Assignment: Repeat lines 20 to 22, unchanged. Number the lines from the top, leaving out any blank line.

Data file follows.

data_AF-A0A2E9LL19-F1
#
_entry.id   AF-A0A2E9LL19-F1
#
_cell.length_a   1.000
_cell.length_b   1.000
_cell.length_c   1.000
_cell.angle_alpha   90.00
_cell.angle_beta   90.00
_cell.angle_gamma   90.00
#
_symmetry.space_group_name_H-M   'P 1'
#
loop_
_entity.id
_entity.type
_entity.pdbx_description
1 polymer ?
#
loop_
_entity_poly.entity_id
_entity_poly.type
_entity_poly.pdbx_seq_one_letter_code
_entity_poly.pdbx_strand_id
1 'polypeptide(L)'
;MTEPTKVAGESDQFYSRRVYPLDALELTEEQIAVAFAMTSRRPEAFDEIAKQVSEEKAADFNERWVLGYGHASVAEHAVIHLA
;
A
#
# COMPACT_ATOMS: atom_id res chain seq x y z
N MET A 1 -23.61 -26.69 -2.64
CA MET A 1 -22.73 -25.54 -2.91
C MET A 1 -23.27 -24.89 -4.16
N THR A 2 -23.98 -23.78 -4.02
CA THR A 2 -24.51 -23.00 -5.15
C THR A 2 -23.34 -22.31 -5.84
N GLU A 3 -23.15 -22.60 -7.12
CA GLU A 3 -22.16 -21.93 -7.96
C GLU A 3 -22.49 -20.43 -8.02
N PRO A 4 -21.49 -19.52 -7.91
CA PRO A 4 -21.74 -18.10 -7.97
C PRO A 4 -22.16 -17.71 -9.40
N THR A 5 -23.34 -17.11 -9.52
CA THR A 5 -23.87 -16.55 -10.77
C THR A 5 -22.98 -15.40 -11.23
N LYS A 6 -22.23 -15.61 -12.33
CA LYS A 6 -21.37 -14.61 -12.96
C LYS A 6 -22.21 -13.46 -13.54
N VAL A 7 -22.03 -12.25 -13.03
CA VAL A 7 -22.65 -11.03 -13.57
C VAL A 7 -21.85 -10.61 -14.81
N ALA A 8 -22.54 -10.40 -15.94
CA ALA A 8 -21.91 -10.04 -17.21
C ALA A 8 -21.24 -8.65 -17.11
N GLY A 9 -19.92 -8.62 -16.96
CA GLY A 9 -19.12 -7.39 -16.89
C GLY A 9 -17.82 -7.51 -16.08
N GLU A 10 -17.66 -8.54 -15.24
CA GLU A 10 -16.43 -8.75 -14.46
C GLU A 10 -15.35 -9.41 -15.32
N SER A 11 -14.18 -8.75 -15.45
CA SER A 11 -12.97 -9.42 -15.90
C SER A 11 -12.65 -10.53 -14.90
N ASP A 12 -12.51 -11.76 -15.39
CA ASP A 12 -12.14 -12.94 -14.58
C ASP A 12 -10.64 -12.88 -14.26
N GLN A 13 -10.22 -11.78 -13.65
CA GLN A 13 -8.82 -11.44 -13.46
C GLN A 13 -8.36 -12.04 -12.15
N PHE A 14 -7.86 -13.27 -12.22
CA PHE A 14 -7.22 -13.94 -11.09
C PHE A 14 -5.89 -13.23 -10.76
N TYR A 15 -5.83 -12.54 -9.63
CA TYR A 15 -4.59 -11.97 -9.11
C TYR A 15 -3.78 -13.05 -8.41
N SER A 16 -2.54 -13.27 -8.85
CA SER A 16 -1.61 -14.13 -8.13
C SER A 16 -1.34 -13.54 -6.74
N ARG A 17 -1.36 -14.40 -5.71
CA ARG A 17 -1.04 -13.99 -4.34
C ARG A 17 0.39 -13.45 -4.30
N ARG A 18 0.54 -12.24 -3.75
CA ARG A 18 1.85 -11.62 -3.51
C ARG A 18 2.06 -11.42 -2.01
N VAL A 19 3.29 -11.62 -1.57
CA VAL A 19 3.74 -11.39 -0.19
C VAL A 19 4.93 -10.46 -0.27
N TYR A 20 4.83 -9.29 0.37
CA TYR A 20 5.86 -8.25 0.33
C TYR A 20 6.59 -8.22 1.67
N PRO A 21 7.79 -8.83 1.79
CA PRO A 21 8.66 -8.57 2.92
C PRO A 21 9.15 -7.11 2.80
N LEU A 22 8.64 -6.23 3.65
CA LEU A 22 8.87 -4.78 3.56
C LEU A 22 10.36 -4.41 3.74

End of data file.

loop_
_entity_poly.entity_id
_entity_poly.type